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The fact that a Disclosure is proved to be inaccurate after a dispute, often following a fingerprint check, does not automatically incur a redress award. This is because in some instances an applicants details are the same, or very similar, to those of an individual with a record on the Police National Computer (PNC). It may be that the applicants details have been used by another individual when arrested or convicted and the CRB has a statutory obligation to disclose such records where they are identified.
The Disclosure Service enables individuals to dispute the content of a Disclosure and allows them to distinguish themselves from the record on the PNC. This did not happen under the previous arrangements. The CRB scheme complies with existing treasury guidelines.
Joan Ryan: An individual may become known to the police within days of entering the country and eligible employers should therefore always be encouraged to undertake disclosure checks regardless of the length of time an individual has been resident in the UK. This applies to those who wish to obtain private hire and taxi licences.
The CRB introduced the Overseas Faxback Service in February 2003, to provide details and guidance to employers and individuals on how to obtain a certificate of good conduct or a copy of a persons own criminal record from those countries included in the faxback service. This information can be used in conjunction with the full range of pre-appointment checks to ensure that the prospective employee is suitable for the post. These pre-appointment checks are the responsibility of the employer and a CRB disclosure is only one part of that process.
Full details of this service are available on the CRBs website at www.crb.gov.uk. For those seeking general advice about the countries covered by the faxback service, the CRB also has a national rate enquiry line on 0870 0100 450 and an e-mail enquiry facility at email@example.com.
Some countries, including most in the EU, also have arrangements enabling their citizens to obtain certificates of good conduct or extracts from any existing criminal record to show to prospective employers. These may be obtained once the prospective employees have arrived in the UK but it may be advisable for them to obtain the document before leaving their home country.
Following a recent EU Council decision, the CB has, in conjunction with Home Office colleagues and the Association of Chief Police Officers (ACPO), become involved in EU initiatives to explore how criminal record and disqualification data cross EU states might be used for employment vetting and disclosure purpose. These discussions are in the preliminary stages at present and more information will become available in due course. The CRB are also in discussion with ACPO and others about seeking access to other, non-EU, overseas conviction data.
Mr. Coaker: It is an offence under the Crossbows Act 1987 to sell or hire a crossbow to a person under the age of 17 and for a person under the age of 17 to purchase or possess a crossbow. In the Violent Crime Reduction Bill currently before Parliament, we are proposing to increase this age limit to 18. Those carrying a crossbow in a public place without lawful authority or reasonable excuse could be committing the offence of carrying an offensive weapon in a public place under section 1 of the Prevention of Crime Act 1953.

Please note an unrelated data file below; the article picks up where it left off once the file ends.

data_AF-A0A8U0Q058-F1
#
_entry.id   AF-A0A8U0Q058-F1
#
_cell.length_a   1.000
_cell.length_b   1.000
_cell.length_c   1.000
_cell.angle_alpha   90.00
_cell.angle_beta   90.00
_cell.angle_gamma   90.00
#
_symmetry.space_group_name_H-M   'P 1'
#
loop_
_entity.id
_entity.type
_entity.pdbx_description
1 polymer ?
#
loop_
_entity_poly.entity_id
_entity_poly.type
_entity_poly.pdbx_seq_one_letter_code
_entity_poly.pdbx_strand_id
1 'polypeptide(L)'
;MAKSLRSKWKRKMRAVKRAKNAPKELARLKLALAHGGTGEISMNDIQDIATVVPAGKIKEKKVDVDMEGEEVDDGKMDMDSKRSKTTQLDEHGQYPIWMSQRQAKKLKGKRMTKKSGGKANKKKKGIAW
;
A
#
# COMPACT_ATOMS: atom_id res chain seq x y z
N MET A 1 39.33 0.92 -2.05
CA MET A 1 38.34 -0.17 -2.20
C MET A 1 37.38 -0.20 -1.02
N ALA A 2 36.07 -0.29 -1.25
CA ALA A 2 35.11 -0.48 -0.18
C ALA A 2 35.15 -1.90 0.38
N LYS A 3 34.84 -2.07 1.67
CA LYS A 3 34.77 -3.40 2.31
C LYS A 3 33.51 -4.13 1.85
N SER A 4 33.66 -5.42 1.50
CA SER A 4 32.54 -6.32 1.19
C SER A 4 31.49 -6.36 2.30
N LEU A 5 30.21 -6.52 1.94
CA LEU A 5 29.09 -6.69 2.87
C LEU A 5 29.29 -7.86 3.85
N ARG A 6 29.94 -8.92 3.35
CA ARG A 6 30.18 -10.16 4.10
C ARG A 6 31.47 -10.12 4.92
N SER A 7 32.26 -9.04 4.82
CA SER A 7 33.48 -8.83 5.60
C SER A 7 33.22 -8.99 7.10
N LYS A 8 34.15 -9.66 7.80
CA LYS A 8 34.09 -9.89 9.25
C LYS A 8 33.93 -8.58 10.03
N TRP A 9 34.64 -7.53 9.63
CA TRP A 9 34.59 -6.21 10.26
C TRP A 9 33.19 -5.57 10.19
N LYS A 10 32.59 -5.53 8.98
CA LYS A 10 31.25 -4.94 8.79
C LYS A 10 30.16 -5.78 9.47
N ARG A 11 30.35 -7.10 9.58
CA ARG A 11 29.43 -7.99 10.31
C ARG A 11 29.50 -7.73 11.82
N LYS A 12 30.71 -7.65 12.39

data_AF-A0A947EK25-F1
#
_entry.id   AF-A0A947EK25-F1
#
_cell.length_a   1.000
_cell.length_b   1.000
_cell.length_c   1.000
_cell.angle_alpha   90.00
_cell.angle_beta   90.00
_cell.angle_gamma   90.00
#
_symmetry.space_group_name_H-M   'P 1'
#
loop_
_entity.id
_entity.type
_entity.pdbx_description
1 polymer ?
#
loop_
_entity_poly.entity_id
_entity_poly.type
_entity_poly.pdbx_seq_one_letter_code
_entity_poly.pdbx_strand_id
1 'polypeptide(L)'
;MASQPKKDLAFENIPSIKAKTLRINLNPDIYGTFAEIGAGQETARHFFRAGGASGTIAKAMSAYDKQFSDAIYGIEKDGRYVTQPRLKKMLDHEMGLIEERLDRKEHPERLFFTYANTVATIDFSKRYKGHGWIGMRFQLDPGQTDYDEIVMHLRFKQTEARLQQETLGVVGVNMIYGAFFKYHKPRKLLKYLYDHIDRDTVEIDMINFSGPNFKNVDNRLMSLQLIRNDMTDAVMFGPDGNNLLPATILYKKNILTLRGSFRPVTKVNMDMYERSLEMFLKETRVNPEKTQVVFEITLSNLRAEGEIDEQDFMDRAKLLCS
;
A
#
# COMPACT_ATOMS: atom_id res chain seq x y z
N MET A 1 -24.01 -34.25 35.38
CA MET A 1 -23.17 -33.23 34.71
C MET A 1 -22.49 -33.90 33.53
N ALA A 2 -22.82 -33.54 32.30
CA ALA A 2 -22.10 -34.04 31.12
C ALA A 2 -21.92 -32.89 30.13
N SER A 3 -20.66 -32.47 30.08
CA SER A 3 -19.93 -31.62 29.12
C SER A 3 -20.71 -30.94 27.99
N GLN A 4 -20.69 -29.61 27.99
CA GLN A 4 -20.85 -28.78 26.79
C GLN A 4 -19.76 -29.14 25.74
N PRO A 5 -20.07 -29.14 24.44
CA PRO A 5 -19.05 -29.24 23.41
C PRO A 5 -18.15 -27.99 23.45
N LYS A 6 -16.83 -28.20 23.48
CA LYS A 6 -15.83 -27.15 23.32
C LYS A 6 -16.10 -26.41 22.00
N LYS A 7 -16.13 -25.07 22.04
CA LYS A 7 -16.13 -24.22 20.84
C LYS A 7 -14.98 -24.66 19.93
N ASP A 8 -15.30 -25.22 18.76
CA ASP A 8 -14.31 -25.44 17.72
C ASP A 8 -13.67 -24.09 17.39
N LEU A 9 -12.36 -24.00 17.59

Joan Ryan: It is not routine practice to fingerprint deportees under immigration powers, as the notice of intention to deport is often served by the prison service on behalf of the immigration service. However, fingerprints will be taken if the prisoner lodges a claim for asylum or as part of the re-documentation process. Fingerprints may also have been taken at an earlier stage if the deportee had been identified as an immigration offender or under police powers at the point of charging.
Immigration legislation does not give immigration or police officers the power to take DNA samples from individuals. However, where the Immigration Service is looking to prosecute an individual, we will consider asking the police to take DNA samples on an individual case basis in accordance with their powers under the Police and Criminal Evidence Act (PACE) 1984. Under provisions in PACE, police officers may take a DNA sample from any person arrested or charged in connection with a recordable offence.
Philip Davies: To ask the Secretary of State for the Home Department what guidance has been issued on the releasing of information on a suspect's ethnic origin as part of a description where the public's help is sought in tracing the suspect. 
Mr. McNulty: The release of information in relation to the description of a suspect is an operational matter. The Association of Chief Constables (ACPO) Media Advisory Group provides guidance to the police on working with the media and releasing information about individual cases. The Media Advisory Group's guidance is at:
Lynne Featherstone: To ask the Secretary of State for the Home Department how many instances of financial fraud have taken place in each of the last five years involving credit card cheques; and what the total value was in each year. 
Mr. Coaker: The available information relates to recorded offences of cheque and credit card fraud and is published in Table 2.04 of Crime in England and Wales 2004-05. A copy of this table is available at:
The Home Office does not collect data on the total value involved. Statistics provided by the Association for Payment Clearing Services (APACS) on financial losses were also published in section 4.6 of the volume referred to above. These are available on the website at:
Mr. Coaker: The Secretary of State for the Home Department last met representatives of the Muslim Council of Britain on the 3 May 2006. There is no formal record of the meeting. However, whenever the issue of Holocaust Memorial Day has been raised, the Home Secretary has stressed that the Government take a broad and inclusive approach towards the content and community outreach of the commemoration. Lessons about the need to confront all forms of racism and hatred, including anti-Semitism and Islamophobia, have been a consistent theme of Holocaust Memorial Day. The Government regret that the Muslim Council of Britain does not support Holocaust Memorial Day and we hope that in the near future they will reconsider their stance.